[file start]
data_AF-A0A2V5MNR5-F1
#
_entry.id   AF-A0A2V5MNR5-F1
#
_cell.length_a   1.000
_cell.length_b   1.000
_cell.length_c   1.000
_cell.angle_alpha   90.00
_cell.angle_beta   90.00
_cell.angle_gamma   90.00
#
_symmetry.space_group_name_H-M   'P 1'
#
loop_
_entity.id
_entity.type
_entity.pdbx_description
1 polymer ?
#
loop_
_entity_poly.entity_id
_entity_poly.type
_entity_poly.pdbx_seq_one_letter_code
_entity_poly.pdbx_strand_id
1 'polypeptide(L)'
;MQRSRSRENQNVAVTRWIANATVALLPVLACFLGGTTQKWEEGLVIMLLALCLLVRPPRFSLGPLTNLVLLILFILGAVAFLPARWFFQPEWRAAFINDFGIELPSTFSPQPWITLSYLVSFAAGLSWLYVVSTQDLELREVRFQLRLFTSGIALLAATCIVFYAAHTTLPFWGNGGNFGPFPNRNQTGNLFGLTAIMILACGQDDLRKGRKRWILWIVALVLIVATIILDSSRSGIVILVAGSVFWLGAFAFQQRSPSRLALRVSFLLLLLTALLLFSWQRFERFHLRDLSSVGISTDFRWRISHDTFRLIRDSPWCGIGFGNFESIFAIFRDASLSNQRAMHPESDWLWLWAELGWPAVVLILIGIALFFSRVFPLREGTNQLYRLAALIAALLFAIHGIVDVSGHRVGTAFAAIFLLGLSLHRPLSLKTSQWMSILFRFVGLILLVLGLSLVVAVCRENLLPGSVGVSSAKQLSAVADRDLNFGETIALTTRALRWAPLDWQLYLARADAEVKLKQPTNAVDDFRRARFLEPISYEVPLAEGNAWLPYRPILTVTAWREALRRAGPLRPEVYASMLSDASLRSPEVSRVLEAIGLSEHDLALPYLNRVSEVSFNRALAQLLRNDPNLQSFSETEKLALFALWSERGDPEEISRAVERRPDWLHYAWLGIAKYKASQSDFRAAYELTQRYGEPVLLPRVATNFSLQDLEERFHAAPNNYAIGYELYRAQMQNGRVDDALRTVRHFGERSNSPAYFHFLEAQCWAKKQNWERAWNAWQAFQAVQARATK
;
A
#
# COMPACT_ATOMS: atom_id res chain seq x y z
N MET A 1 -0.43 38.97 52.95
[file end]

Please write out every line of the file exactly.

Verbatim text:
data_AF-A0A2V5MNR5-F1
#
_entry.id   AF-A0A2V5MNR5-F1
#
_cell.length_a   1.000
_cell.length_b   1.000
_cell.length_c   1.000
_cell.angle_alpha   90.00
_cell.angle_beta   90.00
_cell.angle_gamma   90.00
#
_symmetry.space_group_name_H-M   'P 1'
#
loop_
_entity.id
_entity.type
_entity.pdbx_description
1 polymer ?
#
loop_
_entity_poly.entity_id
_entity_poly.type
_entity_poly.pdbx_seq_one_letter_code
_entity_poly.pdbx_strand_id
1 'polypeptide(L)'
;MQRSRSRENQNVAVTRWIANATVALLPVLACFLGGTTQKWEEGLVIMLLALCLLVRPPRFSLGPLTNLVLLILFILGAVAFLPARWFFQPEWRAAFINDFGIELPSTFSPQPWITLSYLVSFAAGLSWLYVVSTQDLELREVRFQLRLFTSGIALLAATCIVFYAAHTTLPFWGNGGNFGPFPNRNQTGNLFGLTAIMILACGQDDLRKGRKRWILWIVALVLIVATIILDSSRSGIVILVAGSVFWLGAFAFQQRSPSRLALRVSFLLLLLTALLLFSWQRFERFHLRDLSSVGISTDFRWRISHDTFRLIRDSPWCGIGFGNFESIFAIFRDASLSNQRAMHPESDWLWLWAELGWPAVVLILIGIALFFSRVFPLREGTNQLYRLAALIAALLFAIHGIVDVSGHRVGTAFAAIFLLGLSLHRPLSLKTSQWMSILFRFVGLILLVLGLSLVVAVCRENLLPGSVGVSSAKQLSAVADRDLNFGETIALTTRALRWAPLDWQLYLARADAEVKLKQPTNAVDDFRRARFLEPISYEVPLAEGNAWLPYRPILTVTAWREALRRAGPLRPEVYASMLSDASLRSPEVSRVLEAIGLSEHDLALPYLNRVSEVSFNRALAQLLRNDPNLQSFSETEKLALFALWSERGDPEEISRAVERRPDWLHYAWLGIAKYKASQSDFRAAYELTQRYGEPVLLPRVATNFSLQDLEERFHAAPNNYAIGYELYRAQMQNGRVDDALRTVRHFGERSNSPAYFHFLEAQCWAKKQNWERAWNAWQAFQAVQARATK
;
A
#
# COMPACT_ATOMS: atom_id res chain seq x y z
N MET A 1 -0.43 38.97 52.95